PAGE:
Much has been said about the need to protect the world's critical infrastructures from cyber threats. Risk factors, such as an increased threat landscape, geopolitical instability, and most importantly, the global shortage in OT cybersecurity skills, have turned today into the most dangerous period for industrial companies.

Bridging IT and OT networks lays the path for a more secure future. Unfortunately, very little has been written on how to do it. So let us begin . . .

Protecting IT and OT environments

Despite the similarities between IT and OT environments, (“It’s all T”) there are some critical differences in how both environments are protected. Most important is making sure that employees have the required knowledge and tools to implement the protection measures. 

If you take away one thing from this blog, let that be it. 

What’s the difference between IT, OT, and ICS?

Cyber defense workers may be familiar with and experienced in the processes and technologies for protecting the traditional computing environment (IT); however, their knowledge and ability to realize the same concept and level of protection for the operating environment (OT) is limited. This limitation is due, in part, to the following challenges:

  • In IT data protection, information is guarded. Any damage inflicted to the information may lead to loss of trade secrets and/or sensitive data and impairment of data availability/data integrity. These events are classified into the following categories:

The CIA model vs. the AIC model - inner image (1)

  • In OT Systems, the protection of the confidentiality of the information and sensitive data is second to that of the operational process, namely, the "safety aspects and business operational implications related to the production line process," which can be impacted by a cyberattack. 

It is therefore evident that in OT systems, the main priority is the organization’s ability to continue producing, and that comes down to the people, processes, and technology. 


The differences between People, Processes, & Technology in OT systems


Knowledge – Those familiar with the protection of IT environments (protocols, products, tools and more) typically do not understand the knowledge shift required when assessing risks, choosing protection solutions, monitoring, and preparing a recovery plan for operating environments.

Collaboration – The ability to make reviews/changes and the hardening of the requirements should demand deep collaboration and trust between the organization’s two units.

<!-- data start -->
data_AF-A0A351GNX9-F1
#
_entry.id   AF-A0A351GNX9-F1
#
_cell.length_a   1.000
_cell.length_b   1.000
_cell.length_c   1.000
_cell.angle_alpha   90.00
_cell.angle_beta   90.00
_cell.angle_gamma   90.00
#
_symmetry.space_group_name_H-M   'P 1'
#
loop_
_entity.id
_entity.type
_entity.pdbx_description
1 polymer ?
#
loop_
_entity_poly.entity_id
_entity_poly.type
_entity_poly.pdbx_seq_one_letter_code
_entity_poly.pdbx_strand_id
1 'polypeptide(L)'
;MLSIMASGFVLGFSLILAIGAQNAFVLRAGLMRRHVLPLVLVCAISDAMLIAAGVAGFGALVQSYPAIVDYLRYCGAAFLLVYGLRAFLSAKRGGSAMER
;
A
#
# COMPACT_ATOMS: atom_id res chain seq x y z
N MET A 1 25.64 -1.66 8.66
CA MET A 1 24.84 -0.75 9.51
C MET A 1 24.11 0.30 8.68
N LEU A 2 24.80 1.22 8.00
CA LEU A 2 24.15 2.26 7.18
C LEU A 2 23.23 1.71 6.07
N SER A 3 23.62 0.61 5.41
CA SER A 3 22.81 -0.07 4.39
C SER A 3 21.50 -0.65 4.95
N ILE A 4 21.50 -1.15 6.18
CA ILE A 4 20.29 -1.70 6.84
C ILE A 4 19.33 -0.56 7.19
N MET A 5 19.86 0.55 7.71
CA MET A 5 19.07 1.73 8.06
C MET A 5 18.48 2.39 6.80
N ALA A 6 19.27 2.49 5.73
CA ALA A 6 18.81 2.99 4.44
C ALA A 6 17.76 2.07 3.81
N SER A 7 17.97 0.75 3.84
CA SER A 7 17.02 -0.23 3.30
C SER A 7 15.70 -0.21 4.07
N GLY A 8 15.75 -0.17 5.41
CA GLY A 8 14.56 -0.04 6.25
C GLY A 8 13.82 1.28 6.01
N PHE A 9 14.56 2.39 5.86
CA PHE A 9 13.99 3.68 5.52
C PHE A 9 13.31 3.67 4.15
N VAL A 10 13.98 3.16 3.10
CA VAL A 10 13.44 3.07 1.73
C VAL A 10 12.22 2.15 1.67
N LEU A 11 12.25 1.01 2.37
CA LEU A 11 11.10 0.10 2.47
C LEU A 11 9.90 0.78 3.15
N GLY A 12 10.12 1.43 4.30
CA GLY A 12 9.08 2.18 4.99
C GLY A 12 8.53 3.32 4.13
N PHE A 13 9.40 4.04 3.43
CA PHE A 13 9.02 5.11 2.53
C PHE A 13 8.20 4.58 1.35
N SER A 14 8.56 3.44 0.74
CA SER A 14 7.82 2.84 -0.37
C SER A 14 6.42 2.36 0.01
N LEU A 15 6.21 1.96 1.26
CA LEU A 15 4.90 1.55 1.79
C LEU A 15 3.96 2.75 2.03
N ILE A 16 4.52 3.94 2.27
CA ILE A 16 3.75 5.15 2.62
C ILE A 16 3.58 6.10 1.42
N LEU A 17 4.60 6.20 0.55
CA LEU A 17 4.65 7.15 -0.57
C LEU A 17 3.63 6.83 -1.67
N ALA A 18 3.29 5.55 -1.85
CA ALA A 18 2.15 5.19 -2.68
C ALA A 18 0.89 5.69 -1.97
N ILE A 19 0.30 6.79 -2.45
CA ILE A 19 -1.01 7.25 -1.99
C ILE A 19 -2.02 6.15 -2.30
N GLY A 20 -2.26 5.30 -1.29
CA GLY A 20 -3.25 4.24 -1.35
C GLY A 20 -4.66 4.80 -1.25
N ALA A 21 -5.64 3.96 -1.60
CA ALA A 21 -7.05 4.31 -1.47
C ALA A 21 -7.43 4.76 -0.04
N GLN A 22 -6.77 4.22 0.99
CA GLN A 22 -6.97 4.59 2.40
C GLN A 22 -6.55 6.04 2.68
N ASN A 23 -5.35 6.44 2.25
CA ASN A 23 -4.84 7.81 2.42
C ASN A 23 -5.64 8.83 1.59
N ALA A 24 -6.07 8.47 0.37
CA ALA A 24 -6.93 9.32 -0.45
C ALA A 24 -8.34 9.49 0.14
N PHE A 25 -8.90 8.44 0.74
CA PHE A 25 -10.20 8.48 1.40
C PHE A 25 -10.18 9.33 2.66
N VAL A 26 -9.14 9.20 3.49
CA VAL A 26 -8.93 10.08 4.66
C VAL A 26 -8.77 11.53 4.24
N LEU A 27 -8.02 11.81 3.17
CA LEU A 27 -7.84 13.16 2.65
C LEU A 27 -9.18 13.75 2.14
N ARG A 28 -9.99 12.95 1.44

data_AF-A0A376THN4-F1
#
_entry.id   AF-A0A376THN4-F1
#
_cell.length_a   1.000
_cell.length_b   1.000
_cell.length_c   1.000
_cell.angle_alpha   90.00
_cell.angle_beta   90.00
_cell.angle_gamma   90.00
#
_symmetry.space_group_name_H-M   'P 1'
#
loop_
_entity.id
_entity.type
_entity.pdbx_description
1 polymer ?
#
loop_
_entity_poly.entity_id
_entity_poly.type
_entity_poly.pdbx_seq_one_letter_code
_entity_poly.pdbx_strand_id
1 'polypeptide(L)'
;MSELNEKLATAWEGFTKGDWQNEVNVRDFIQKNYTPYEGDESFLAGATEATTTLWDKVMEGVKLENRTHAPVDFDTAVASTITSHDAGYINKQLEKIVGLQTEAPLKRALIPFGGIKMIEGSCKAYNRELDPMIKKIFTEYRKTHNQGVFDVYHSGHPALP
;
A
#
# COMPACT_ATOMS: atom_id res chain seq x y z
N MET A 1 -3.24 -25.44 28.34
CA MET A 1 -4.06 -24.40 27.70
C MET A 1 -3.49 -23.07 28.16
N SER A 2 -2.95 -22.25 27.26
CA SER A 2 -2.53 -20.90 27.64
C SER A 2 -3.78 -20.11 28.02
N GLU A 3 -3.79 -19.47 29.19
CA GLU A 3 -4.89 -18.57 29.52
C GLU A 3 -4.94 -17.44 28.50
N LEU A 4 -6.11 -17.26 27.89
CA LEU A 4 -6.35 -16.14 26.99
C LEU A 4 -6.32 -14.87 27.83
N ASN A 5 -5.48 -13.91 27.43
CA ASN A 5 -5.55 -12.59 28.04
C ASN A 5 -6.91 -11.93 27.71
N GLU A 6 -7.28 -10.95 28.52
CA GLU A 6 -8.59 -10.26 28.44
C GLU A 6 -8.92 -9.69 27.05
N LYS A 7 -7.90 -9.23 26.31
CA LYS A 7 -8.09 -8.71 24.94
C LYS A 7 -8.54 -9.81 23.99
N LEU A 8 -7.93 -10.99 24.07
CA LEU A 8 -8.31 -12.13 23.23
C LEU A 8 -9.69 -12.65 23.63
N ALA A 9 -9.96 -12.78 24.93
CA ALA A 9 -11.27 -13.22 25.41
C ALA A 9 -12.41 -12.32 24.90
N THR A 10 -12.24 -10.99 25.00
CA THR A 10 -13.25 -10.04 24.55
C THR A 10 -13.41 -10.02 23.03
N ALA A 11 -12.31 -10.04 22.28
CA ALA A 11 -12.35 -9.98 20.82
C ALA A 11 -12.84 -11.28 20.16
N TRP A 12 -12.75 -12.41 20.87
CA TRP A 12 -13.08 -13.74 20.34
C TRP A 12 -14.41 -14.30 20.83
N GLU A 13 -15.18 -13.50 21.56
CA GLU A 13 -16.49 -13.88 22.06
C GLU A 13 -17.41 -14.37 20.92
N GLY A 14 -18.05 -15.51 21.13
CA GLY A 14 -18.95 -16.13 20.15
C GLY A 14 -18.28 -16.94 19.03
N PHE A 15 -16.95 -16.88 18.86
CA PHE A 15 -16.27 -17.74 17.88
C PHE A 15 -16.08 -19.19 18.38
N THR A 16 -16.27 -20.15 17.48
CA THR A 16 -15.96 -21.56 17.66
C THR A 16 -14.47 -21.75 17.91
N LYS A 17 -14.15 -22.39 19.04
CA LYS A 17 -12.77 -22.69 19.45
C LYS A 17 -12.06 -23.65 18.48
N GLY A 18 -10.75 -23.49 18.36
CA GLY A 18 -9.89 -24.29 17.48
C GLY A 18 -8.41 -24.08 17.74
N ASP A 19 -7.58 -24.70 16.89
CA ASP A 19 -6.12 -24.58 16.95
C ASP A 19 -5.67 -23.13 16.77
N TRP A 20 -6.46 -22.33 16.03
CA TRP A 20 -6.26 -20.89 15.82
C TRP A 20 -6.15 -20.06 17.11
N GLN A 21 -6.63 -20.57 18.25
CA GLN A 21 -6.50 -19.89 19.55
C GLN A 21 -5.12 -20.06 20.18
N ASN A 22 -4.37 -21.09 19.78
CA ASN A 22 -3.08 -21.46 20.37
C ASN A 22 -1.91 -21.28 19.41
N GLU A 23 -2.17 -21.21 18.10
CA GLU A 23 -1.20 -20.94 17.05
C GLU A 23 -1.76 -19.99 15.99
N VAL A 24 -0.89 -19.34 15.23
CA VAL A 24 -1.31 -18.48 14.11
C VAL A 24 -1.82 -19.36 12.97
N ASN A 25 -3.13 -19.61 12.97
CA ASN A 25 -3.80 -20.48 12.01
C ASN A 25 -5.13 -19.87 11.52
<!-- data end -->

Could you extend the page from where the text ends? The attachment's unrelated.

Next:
While cyber defense professionals usually have the knowledge required to talk to IT professionals, building trust and conversing with operations/control professionals is different for the most part. 

External parties' dependencies – Support and maintenance are often provided by dependent professional parties and are under warranty. The client’s ability to influence them is low (such as a system vendor or expert software from abroad).


Expensive cost of the production line and business operations - As part of risk reduction, a dedicated area for running files and simulations can be considered a preliminary process to the network online process. (Learn about Sophic Zone)


The limited supply of dedicated protection solutions – While solutions such as code analysis, vulnerability detection, staging systems simulations and others are available and embedded into many systems around the world, they may not always be compatible with dedicated ICS environments or approved for use by the manufacturer or by the equipment’s operators.

Use of old and unchangeable technologies - A network that has not been given proper security inputs in the characterization and construction process, the use of old controllers, protocols and traditional communication based on old and unsupported classical technologies; all leading to difficulties in running antivirus or security updates, etc.

Equipment Lifecycle - While IT equipment is replaced relatively frequently, the replacement of a controller or component of SCADA involves significant efforts, resources, and financial costs to the organization. These increased costs lead to keeping equipment that is 10-30 years old or more, which can be protected using limited tools that do not fit with the contents.

Now that you understand the differences between IT and OT, in a future blog, we will reveal steps to bridging IT and OT personnel to create a unified cyber team.